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Correcting this week’s misinformation: week of February 22, 2024

Are unvaccinated people actually healthier?

The Claim:

In a long thread misrepresenting research about antidepressants, a known anti-vaxxer cites other research claiming that unvaccinated people are healthier than vaccinated people, in terms of allergies, neurodivergence, and eczema.

The Facts:

One refrain you often hear from anti-vaxxers is “follow the money.” So we did, and we found that this study was funded by two different anti-vaccine organizations (Generation Rescue, Inc., and the Children’s Medical Safety Research Institute). The study, which was retracted a month after it was published, relied on surveys sent out to parents of homeschooled children. They didn’t specify how many people were eligible to take the survey, but they only received 415 responses.

One concern about their methods is self-selection bias, or volunteer bias, in which participants can decide whether or not to participate in the study. Additionally, the home-schooling population is not representative of the general population, and some reasons to homeschool include a “desire to provide moral instruction” and “child has special needs” or other health problems.

Along with self-selection bias, a study design like this introduces other biases such as recall bias and reporting bias. The study itself shows that the unvaccinated group was less likely to seek medical or dental care and less likely to use medications. They might also have a different perception of illness or neurological disorders than someone from the vaccinated group.

A study this small with so many clear biases needs to be discarded (or retracted–which it was).

Has the COVID vaccine saved any lives?

The Claim:

A new rumor goes that by looking at excess deaths before, during, and since the pandemic, you can prove that COVID vaccines have never saved a single life. It goes on to claim that the vaccine actually caused 17 million deaths.

The Facts:

Straight from the author who claims that all-cause mortality during COVID was not from a “plague and a likely signature of mass homicide by government response” comes a new report that attempts to link all-cause mortality to the COVID vaccine. He ignores the idea of COVID itself causing death because he just doesn’t believe COVID causes death.

The claims rely on graphs to show that vaccine rollout corresponds to spikes in all-cause mortality, but he makes a mistake by using the one-year rolling average as a proxy for all-cause mortality. A one-year rolling average wouldn’t show the full impact of the pandemic for up to a year, as the rolling average includes deaths from pre-pandemic times.

To find where you see the vaccine rollout, you would have to check the graph up to a year later. At that point, you could see the impact of vaccination on all-cause mortality. Interestingly, the all-cause mortality dips significantly at that point on his graph.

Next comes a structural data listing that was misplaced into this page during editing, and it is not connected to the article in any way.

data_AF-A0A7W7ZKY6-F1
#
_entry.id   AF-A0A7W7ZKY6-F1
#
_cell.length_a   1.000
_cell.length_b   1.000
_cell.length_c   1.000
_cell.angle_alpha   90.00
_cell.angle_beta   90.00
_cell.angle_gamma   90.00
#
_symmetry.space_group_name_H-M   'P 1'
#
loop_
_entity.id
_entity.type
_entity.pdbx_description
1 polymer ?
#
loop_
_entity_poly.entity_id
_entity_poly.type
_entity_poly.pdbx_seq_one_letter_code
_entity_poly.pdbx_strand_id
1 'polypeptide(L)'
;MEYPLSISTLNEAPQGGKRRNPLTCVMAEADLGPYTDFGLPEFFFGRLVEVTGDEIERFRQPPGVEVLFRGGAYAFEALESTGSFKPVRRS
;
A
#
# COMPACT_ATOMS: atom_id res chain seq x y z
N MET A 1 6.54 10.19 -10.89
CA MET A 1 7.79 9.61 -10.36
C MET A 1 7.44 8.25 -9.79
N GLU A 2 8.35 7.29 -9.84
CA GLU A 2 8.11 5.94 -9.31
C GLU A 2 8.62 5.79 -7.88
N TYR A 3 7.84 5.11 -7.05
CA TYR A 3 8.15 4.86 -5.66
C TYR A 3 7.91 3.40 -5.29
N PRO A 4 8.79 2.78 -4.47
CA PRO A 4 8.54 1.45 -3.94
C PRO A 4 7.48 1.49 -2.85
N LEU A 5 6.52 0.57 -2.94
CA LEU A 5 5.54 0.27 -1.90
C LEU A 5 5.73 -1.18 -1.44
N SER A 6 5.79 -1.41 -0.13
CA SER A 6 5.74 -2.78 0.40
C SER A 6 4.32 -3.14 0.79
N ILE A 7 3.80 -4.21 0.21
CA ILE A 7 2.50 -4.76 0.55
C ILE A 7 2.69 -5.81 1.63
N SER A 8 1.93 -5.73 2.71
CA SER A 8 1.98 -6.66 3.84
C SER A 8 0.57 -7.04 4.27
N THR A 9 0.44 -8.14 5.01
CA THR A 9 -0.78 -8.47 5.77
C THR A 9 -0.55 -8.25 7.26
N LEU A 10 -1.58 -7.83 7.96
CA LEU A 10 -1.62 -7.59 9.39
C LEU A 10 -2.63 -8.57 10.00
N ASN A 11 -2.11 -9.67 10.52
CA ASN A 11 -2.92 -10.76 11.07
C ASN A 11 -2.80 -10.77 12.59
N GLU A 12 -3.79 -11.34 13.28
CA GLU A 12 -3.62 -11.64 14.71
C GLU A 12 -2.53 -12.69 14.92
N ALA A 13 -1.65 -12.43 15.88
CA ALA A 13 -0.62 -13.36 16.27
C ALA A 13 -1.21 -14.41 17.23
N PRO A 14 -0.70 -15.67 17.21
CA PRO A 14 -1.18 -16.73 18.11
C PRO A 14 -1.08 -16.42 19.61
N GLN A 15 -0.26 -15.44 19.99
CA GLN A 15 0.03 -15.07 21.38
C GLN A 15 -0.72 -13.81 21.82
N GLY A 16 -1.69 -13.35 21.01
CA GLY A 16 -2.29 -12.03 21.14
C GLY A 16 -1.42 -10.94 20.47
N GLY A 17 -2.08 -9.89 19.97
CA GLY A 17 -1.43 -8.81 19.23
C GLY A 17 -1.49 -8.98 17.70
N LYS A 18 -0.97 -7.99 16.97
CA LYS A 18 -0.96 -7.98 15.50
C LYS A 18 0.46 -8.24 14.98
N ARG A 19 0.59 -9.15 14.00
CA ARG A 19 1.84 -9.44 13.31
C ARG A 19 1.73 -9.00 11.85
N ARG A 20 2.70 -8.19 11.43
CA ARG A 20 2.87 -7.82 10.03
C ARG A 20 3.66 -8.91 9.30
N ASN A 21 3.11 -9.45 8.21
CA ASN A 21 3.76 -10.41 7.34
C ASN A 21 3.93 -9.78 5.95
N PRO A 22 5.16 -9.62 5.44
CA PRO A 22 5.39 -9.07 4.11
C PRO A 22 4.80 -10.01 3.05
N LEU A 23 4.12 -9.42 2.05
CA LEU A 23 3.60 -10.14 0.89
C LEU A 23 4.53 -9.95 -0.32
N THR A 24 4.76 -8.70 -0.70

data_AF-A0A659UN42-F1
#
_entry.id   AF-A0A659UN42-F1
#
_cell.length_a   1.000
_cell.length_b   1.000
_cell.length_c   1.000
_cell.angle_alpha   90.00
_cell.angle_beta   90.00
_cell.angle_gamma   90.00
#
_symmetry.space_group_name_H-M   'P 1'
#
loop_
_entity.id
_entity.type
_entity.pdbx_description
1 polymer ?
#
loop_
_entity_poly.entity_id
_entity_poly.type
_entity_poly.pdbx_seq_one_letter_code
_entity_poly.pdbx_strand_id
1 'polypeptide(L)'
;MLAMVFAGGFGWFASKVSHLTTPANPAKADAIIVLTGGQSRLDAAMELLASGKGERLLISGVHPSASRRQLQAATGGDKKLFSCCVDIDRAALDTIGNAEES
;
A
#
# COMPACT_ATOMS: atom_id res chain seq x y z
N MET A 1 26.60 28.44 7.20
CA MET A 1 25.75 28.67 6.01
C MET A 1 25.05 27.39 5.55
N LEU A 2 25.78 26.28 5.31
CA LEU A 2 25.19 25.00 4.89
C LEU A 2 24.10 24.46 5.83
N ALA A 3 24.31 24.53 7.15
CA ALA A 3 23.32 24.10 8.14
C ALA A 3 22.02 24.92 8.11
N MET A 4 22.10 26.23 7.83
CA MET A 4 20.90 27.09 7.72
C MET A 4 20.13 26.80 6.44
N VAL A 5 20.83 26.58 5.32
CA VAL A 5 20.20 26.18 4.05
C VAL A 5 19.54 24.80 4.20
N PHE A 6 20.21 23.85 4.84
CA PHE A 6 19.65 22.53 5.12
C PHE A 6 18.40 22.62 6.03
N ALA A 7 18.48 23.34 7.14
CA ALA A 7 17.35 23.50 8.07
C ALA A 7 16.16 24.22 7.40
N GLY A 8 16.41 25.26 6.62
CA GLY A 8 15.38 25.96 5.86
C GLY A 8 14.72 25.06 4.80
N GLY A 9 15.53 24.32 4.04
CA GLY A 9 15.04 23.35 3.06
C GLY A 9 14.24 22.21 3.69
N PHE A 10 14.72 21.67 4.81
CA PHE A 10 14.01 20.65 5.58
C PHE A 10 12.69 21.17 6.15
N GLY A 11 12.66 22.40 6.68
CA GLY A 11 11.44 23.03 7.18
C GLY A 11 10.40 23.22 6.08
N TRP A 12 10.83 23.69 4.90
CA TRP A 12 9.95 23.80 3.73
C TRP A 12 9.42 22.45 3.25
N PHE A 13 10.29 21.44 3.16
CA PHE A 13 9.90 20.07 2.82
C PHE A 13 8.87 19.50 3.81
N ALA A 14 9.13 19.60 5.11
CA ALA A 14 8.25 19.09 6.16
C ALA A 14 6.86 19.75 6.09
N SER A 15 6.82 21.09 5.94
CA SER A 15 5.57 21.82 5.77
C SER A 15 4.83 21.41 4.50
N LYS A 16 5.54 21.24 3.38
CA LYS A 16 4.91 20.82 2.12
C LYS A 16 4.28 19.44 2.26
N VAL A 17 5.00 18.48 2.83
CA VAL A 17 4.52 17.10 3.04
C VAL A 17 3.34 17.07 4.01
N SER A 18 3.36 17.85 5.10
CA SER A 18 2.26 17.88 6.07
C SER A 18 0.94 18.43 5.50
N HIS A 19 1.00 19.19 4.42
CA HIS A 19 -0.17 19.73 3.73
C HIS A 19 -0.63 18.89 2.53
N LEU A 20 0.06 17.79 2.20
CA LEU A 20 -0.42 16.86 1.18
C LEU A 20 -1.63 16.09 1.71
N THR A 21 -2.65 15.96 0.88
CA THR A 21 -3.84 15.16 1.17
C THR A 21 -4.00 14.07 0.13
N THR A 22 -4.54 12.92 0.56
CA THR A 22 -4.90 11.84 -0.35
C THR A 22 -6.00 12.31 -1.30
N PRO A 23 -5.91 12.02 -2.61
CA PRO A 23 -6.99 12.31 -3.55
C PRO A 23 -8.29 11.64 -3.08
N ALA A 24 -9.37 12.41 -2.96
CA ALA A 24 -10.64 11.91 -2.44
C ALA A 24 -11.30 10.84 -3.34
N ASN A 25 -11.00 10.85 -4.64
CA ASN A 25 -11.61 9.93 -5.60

Many studies show lower rates of mortality in those who are vaccinated for COVID than in those who are not vaccinated.

Are childhood vaccines unnecessary?

The Claim:

Environmental lawyer RFK, Jr. was interviewed and made the claim that after 1989, vaccines were only recommended by CDC to boost pharmaceutical company profits. While hib, hepatitis A, chickenpox, HPV, rotavirus, pneumococcal, meningococcal, and COVID vaccines were introduced since then, he uses the Hepatitis B birth dose as an example of a vaccine he thinks should not be recommended because it doesn’t have a population health benefit.

The Facts:

Doctors started recommending the Hepatitis B vaccine at birth because a lot of babies were being born to moms with hep B who didn’t realize they had it. Scientists think 30-40% of chronic infections come from catching it when they are born or in early childhood. And only about half of the women with hep B got identified before they had their babies.

Still today, about 25,000 newborns a year are born to a mother with a hep B infection. 90% of newborns who contract the disease become chronic carriers, which puts them at higher risk for cirrhosis and liver cancer.

Several reasons led to many children being born to mothers with hepatitis B who didn’t know they had it. Testing for hep B is more complicated than other kinds of tests. Because of this, some mothers caught hep B after they got tested during prenatal care and before they gave birth. Tests can sometimes give false negatives. Other mistakes in testing include ordering the wrong tests, misreading the results, or miscommunicating the results.

In addition to the possibility of a missed Hepatitis B infection in the mother, the Hepatitis B virus can live on surfaces for up to 7 days, including in dried blood. It can also be transmitted through bites like those in daycare or playgroup settings. Because it can live a week on surfaces, needles or bandaids discarded at city parks, etc. can also be sources of infection. It’s not a common method of transmission, but the risk is not zero either.

And while Hep B is often transmitted through sexual contact, obviously that’s not its only risk factor.

By contrast, the Hepatitis B vaccine is one of the safest, with the fewest possible side effects. The most likely side effects are just pain and soreness at the injection site, without any documented serious side effects.

If the hep B vaccine causes any serious side effects, they are extremely rare—so rare that we haven’t found any in several millions of doses. Because the vaccine is safe and there’s a risk of getting infected at birth or during infancy, we give this vaccine right at birth.

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